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Unexpected Points

This is the updated version of the consensus mock 1.0 I published a couple months back.

At the risk of sounding immodest, I believe my data-driven process for this mock produced something more packed with information than any you’ll find anywhere out on the draft-prediction streets. It doesn’t have the details of “why” on every player selection or my personal opinions on the various prospects. But it does have the benefit of the wisdom of crowds, and a layer of uncertainty you’ll never find in a single mock draft.

A picture is worth a thousand words, and below you’ll find a detailed visualizations for the top-31 (Dolphins forfeited their 2023 first-round pick) players according to mock draft data collected by Benjamin Robinson at Grinding the Mocks. I’m lucky to have a partnership with Robinson this offseason with access to his data, while also having him join my podcast periodically through draft season to keep us in the loop of recent trends.

You will not find a more comprehensive data set for mock drafts, which is combined with Robinson’s work gauging the prior accuracy of major mock drafters. That work comes together in the “Weighted Mocks” score he has for each draft selection for every prospect. You’ll find that score on a percentage basis on the Y axis. Here’s an explanation of how weighted mocks is calculated from Robinson:

To calculate “Adjusted Mock Drafts”, we use “Grinding the Mocks” pick-by-pick mock draft data at Player, Pick, and team level. As the draft order has only just been finalized, this data should become more firm as the draft process goes on. Player, team, and pick mock drafts are counted and then adjusted accordingly based on the draftnik’s historic accuracy and how close the mock draft is from the date of the NFL draft.

Years of draft watching tells us that there is an additional layer of uncertainty missing in terms of a player going at a fully unexpected draft position, especially when any team can trade up or down in the draft. For this first consensus mock run, I’m just presenting the straight numbers based on the weighted mock draft data. As we get closer to the draft, I’ll attempt to add needed uncertainty to the range of possibilities based on historical patterns. Plus, we’ll get deeper and more robust mock draft as the offseason progresses.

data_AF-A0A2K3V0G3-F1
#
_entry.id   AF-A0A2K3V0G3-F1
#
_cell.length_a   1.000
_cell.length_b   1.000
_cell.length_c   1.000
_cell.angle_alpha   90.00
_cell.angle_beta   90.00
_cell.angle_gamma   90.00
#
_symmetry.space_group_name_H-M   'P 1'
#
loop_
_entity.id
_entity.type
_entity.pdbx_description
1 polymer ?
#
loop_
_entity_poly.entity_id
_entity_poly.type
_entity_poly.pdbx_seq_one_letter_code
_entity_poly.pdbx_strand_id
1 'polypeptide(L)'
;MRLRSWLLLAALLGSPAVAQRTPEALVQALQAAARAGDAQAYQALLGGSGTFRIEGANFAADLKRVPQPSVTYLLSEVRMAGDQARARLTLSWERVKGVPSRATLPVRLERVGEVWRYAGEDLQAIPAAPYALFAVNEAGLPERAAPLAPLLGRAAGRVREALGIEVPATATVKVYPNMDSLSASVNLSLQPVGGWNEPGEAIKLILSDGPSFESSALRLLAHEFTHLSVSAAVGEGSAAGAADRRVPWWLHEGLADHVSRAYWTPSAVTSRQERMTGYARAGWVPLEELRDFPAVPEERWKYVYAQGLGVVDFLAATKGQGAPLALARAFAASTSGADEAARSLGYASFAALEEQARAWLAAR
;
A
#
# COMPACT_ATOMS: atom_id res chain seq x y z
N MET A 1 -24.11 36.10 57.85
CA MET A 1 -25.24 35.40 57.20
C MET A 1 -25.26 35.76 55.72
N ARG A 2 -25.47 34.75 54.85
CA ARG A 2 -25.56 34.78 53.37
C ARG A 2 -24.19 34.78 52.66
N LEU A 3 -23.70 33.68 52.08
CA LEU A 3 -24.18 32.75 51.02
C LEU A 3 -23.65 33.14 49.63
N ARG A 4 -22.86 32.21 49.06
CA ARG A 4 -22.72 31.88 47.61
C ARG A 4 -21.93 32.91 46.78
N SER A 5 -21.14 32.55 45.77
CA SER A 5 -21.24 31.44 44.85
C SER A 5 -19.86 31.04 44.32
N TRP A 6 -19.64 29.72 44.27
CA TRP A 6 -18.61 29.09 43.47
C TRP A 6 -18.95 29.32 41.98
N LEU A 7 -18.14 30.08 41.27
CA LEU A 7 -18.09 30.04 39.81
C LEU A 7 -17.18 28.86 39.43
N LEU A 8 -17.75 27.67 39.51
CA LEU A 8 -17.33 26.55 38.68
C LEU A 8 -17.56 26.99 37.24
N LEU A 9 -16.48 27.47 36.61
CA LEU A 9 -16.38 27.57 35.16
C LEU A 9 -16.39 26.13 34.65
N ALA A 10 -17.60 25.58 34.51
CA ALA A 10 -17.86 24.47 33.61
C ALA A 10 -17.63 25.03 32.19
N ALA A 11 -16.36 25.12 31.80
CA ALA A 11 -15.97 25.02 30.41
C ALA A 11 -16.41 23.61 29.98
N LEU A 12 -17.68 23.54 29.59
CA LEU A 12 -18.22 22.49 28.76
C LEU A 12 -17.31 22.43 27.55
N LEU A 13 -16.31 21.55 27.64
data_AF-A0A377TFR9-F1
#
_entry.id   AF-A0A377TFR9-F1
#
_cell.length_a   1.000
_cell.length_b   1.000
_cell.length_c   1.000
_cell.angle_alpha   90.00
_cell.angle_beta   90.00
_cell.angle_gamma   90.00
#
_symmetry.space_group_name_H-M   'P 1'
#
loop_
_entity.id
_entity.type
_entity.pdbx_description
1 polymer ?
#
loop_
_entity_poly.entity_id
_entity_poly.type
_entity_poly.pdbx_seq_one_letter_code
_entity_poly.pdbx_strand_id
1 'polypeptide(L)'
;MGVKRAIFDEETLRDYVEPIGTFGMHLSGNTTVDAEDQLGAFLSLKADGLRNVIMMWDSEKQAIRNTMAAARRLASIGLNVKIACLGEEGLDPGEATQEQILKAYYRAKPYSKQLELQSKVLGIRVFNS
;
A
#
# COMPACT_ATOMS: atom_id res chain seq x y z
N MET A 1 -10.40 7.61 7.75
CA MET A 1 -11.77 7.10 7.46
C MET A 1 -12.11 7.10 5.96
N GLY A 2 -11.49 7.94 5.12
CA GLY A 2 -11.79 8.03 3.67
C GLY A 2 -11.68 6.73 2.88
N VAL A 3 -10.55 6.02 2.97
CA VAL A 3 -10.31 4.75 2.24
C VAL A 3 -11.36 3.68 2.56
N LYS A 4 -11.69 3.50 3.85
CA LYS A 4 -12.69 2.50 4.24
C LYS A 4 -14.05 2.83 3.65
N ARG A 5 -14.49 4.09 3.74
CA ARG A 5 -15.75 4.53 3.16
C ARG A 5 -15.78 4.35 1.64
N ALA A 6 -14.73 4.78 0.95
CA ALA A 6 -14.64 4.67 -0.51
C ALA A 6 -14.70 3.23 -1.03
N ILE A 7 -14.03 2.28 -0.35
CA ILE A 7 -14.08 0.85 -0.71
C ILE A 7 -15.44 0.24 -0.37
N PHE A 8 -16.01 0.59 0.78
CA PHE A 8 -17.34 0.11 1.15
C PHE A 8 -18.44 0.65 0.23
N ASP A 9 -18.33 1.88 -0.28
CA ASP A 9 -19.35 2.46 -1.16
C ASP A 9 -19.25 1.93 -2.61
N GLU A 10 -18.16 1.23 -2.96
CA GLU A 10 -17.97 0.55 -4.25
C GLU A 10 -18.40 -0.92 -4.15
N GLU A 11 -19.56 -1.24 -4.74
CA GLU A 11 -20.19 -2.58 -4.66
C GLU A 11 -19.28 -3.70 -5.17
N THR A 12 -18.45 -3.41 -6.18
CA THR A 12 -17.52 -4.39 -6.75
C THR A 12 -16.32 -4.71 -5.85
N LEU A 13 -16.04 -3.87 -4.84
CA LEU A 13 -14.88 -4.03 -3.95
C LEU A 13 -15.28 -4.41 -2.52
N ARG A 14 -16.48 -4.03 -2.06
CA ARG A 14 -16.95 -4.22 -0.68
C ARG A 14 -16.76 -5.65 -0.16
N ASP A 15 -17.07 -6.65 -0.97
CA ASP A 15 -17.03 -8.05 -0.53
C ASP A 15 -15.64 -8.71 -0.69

This is the second (2.0) consensus mock of the offseason. The first was published almost two months prior, and there’s been a lot happening in the NFL recent to shake up the assumptions of the media’s best mock draft analysts. We’ve made our way through the NFL Combine, had a major trade the shake up the top of draft boards, and gotten most of the way through free agency. There will be more material news between now and the Day 1 of the draft in late April, but much of the foundation has been set.

Okay, let’s get to the info. The top-31 players are given with their positions, headshots and school logos. The NFL teams are represented by team logos and primary colors.

We have a new No. 1 prospect according to mock draft data. Will Anderson is out under the strong assumption that the Panthers didn’t trade up to No. 1 and give up all they did to take a non-quarterback. Beyond that, the assumption for who will the first quarterback has also shifted to C.J. Stroud from Bryce Young.

The tea leaves for who the Panthers will select at No. 1 are going in multiple directions, with some reports that they favor Stroud, and other saying the decision is still up in the air. We shouldn’t be too confident in betting markets at this stage in the offseason, yet Stroud is a big favorite at this point to go first overall, with DraftKings placing his implied probability at near 70% (-400, which includes juice) to Young at roughly 25% (+225).

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